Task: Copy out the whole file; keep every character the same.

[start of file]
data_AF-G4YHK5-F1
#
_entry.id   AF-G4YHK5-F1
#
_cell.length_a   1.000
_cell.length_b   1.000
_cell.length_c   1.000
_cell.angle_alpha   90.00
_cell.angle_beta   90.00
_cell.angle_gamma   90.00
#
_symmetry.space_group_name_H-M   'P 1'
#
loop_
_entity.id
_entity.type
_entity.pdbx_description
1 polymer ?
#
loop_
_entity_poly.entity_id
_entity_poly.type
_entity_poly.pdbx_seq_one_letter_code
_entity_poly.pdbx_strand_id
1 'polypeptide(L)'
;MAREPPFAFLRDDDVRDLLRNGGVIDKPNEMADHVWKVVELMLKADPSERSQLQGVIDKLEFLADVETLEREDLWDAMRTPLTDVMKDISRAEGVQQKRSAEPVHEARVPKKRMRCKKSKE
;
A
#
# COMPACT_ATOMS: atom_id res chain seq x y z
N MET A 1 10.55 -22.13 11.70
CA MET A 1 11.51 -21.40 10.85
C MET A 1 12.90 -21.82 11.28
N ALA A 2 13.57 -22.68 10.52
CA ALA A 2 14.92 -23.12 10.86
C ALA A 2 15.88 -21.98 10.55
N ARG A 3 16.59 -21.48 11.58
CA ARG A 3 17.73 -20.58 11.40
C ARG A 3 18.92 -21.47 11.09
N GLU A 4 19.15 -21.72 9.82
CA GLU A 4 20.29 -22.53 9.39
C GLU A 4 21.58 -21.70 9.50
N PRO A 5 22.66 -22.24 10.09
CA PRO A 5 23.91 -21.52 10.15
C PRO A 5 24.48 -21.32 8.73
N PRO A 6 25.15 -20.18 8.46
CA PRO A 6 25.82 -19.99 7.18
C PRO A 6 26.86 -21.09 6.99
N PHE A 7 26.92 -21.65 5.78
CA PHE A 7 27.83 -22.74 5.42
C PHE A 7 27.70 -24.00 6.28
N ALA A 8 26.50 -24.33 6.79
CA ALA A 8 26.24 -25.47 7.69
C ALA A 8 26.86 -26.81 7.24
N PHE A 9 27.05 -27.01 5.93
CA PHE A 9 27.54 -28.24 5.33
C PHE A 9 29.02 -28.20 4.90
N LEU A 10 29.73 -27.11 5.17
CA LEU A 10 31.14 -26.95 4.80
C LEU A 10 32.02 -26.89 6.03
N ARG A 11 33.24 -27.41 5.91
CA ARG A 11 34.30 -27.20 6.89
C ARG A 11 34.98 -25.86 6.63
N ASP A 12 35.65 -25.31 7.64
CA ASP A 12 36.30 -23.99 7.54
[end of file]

data_AF-G4YHK5-F1
#
_entry.id   AF-G4YHK5-F1
#
_cell.length_a   1.000
_cell.length_b   1.000
_cell.length_c   1.000
_cell.angle_alpha   90.00
_cell.angle_beta   90.00
_cell.angle_gamma   90.00
#
_symmetry.space_group_name_H-M   'P 1'
#
loop_
_entity.id
_entity.type
_entity.pdbx_description
1 polymer ?
#
loop_
_entity_poly.entity_id
_entity_poly.type
_entity_poly.pdbx_seq_one_letter_code
_entity_poly.pdbx_strand_id
1 'polypeptide(L)'
;MAREPPFAFLRDDDVRDLLRNGGVIDKPNEMADHVWKVVELMLKADPSERSQLQGVIDKLEFLADVETLEREDLWDAMRTPLTDVMKDISRAEGVQQKRSAEPVHEARVPKKRMRCKKSKE
;
A
#
# COMPACT_ATOMS: atom_id res chain seq x y z
N MET A 1 10.55 -22.13 11.70
CA MET A 1 11.51 -21.40 10.85
C MET A 1 12.90 -21.82 11.28
N ALA A 2 13.57 -22.68 10.52
CA ALA A 2 14.92 -23.12 10.86
C ALA A 2 15.88 -21.98 10.55
N ARG A 3 16.59 -21.48 11.58
CA ARG A 3 17.73 -20.58 11.40
C ARG A 3 18.92 -21.47 11.09
N GLU A 4 19.15 -21.72 9.82
CA GLU A 4 20.29 -22.53 9.39
C GLU A 4 21.58 -21.70 9.50
N PRO A 5 22.66 -22.24 10.09
CA PRO A 5 23.91 -21.52 10.15
C PRO A 5 24.48 -21.32 8.73
N PRO A 6 25.15 -20.18 8.46
CA PRO A 6 25.82 -19.99 7.18
C PRO A 6 26.86 -21.09 6.99
N PHE A 7 26.92 -21.65 5.78
CA PHE A 7 27.83 -22.74 5.42
C PHE A 7 27.70 -24.00 6.28
N ALA A 8 26.50 -24.33 6.79
CA ALA A 8 26.24 -25.47 7.69
C ALA A 8 26.86 -26.81 7.24
N PHE A 9 27.05 -27.01 5.93
CA PHE A 9 27.54 -28.24 5.33
C PHE A 9 29.02 -28.20 4.90
N LEU A 10 29.73 -27.11 5.17
CA LEU A 10 31.14 -26.95 4.80
C LEU A 10 32.02 -26.89 6.03
N ARG A 11 33.24 -27.41 5.91
CA ARG A 11 34.30 -27.20 6.89
C ARG A 11 34.98 -25.86 6.63
N ASP A 12 35.65 -25.31 7.64
CA ASP A 12 36.30 -23.99 7.54